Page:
Facets of Jesus


My wife and I recently visited a glass and crystal museum. It was a personal collection in a private home, but open to the public. The owner and collector received our payment and introduced us to the guide who would take us around the home to see the thousands of items. We saw items made of glass by some of the earliest glass makers in ancient times, items that were simple and beautiful but cloudy and imperfect by our standards today. And we saw the progression as glass makers made new discoveries to make their pieces purer, more appealing to the eye and more playful in the light. Late items were completely transparent and multifaceted to scatter light in all its rainbow glory.


It's fascinating that something, like glass, as you make it purer and more perfect becomes more beautiful and tantalizing to the senses. Contrast that with the notion that some people have of holiness. The idea is that holiness (perfection, unlike anything else) is dull and uninteresting. Carried to its ultimate end, that idea means that God should be dull and uninteresting. As a follower of Jesus, I believe that Jesus Christ is God, that God has come into our world in order to speak directly to us of his love and truth and to rescue us from our own weakness and sin. Since I’m well aware of my own weakness and sin (I have daily reminders), I am fascinated by a God who would go to such great lengths to rescue an otherwise hopeless case like myself.


But as I look at the Bible’s accounts of Jesus coming to earth, I see a fascinating array of portrayals that make him “sparkle” with depth and relevance. Of course there is the account that is traditionally heard at Christmas time (and found in the Bible in a book called “Luke”) which describes his very humble beginnings (young, working class engaged couple, a manger and a stable) contrasted with angelic announcements. Then there’s the second most common account (found in the Bible in the book of “Matthew”) which describes the historical roots of God’s promise to send a saviour to the world and contrasts his humble beginnings with a kingly reception by wise men from far away. The other two books in the Bible that describe the life of Jesus don’t actually talk about his birth but the book of “John” describes his origins as eternal; he was there at creation and he was the creator! And then there’s the book of “Mark” in which Jesus’ entire early life is skipped over because the author, Mark, saw his ministry as inspiring us to action and he wanted to get to it!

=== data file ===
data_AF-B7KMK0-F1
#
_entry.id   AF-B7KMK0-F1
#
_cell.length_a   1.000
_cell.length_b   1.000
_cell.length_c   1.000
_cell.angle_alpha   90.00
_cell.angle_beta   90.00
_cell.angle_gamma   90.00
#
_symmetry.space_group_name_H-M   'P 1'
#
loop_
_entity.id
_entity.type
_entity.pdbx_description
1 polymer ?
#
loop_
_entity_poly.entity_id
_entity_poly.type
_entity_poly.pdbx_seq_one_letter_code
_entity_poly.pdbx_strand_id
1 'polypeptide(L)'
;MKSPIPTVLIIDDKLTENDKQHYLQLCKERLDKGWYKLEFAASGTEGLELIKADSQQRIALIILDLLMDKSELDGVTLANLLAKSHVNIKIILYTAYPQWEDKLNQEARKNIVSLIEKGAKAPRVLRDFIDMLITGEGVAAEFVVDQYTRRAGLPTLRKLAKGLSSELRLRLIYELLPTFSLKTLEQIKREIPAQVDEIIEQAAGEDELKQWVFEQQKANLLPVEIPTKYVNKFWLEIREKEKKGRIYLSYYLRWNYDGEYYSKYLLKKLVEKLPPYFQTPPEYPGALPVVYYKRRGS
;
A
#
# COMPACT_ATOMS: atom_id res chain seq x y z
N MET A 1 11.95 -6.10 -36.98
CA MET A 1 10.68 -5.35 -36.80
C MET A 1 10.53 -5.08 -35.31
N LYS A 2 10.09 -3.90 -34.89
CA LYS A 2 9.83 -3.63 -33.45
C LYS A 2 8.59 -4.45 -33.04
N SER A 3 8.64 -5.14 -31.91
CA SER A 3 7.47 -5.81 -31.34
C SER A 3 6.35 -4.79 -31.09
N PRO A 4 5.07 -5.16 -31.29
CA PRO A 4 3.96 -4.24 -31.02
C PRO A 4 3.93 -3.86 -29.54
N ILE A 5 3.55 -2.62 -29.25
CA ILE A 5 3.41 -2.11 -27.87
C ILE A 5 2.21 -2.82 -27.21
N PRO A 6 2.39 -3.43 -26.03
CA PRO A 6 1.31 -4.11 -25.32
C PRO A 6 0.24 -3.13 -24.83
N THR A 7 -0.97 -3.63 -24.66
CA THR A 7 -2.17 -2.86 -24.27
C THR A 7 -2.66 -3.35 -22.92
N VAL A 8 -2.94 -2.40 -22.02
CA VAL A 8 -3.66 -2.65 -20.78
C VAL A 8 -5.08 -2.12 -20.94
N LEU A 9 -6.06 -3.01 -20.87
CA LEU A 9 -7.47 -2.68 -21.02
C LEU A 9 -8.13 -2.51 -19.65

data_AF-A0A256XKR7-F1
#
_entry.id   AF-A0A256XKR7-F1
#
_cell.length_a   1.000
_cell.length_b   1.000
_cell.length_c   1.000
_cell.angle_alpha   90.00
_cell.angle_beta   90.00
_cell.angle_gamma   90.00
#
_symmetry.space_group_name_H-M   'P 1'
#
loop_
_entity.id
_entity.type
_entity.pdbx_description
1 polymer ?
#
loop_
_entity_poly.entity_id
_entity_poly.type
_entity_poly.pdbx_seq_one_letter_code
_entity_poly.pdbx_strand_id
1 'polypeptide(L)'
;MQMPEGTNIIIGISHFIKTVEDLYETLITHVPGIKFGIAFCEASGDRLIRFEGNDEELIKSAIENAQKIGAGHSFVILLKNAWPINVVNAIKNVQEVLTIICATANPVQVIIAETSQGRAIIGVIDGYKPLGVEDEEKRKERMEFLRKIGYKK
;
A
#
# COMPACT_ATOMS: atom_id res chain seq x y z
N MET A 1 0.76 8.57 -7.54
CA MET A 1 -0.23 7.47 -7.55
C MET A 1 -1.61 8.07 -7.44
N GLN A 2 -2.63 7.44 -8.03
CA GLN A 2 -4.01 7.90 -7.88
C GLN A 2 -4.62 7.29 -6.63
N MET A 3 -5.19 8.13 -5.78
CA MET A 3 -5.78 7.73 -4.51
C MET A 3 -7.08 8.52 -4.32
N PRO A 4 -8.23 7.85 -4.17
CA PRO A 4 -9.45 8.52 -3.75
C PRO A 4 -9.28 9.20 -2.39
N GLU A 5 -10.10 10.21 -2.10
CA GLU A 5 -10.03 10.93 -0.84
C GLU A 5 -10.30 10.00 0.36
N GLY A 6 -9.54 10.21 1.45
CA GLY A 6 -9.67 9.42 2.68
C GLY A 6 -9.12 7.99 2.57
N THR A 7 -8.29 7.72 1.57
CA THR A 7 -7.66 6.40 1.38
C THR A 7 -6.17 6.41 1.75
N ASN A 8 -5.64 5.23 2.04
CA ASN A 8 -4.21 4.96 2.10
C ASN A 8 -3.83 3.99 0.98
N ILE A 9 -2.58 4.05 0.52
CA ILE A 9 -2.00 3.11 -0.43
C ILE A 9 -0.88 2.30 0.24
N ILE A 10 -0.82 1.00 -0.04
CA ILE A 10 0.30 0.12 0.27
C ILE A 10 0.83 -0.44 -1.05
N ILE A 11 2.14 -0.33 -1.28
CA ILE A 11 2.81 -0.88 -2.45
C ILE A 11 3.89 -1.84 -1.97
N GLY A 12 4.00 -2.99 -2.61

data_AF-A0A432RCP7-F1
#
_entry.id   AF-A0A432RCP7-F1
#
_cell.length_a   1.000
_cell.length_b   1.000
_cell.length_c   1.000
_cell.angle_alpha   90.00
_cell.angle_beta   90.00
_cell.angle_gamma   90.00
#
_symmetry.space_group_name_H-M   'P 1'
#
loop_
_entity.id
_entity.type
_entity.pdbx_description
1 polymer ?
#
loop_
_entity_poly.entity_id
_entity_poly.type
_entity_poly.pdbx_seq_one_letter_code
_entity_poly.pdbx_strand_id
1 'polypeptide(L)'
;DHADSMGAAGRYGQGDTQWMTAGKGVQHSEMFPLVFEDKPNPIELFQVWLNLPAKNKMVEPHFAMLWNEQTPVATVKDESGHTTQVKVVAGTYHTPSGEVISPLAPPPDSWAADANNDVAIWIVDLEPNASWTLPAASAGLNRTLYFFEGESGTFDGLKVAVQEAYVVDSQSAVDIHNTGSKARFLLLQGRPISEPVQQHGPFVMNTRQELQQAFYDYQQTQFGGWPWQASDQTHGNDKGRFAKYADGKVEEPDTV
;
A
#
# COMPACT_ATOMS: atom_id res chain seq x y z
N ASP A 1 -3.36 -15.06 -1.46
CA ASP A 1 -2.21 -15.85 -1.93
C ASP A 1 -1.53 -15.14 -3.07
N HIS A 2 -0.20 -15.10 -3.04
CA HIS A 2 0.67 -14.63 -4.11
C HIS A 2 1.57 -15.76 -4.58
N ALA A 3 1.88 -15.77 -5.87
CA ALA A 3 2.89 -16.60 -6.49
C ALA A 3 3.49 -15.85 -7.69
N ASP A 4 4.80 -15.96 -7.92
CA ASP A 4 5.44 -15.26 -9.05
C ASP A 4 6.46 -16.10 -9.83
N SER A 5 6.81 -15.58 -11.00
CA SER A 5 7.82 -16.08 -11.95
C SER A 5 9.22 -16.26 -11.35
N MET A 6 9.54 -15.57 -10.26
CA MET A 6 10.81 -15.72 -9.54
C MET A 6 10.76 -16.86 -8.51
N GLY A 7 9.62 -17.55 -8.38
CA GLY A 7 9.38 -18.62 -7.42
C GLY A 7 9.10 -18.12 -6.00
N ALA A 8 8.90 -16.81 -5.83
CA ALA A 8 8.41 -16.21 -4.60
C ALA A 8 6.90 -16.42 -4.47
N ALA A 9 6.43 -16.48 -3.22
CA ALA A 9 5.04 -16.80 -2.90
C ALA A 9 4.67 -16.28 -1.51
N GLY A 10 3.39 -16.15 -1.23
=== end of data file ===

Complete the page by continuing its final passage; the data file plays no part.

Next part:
In December at Westview we will be exploring facets of Jesus through the accounts of the four authors who introduce him to the world. And honestly, the birth of Jesus is just aspect of the life of the One who many call “Saviour.” How much have you looked into his life, his teaching, to see how relevant he is to you?



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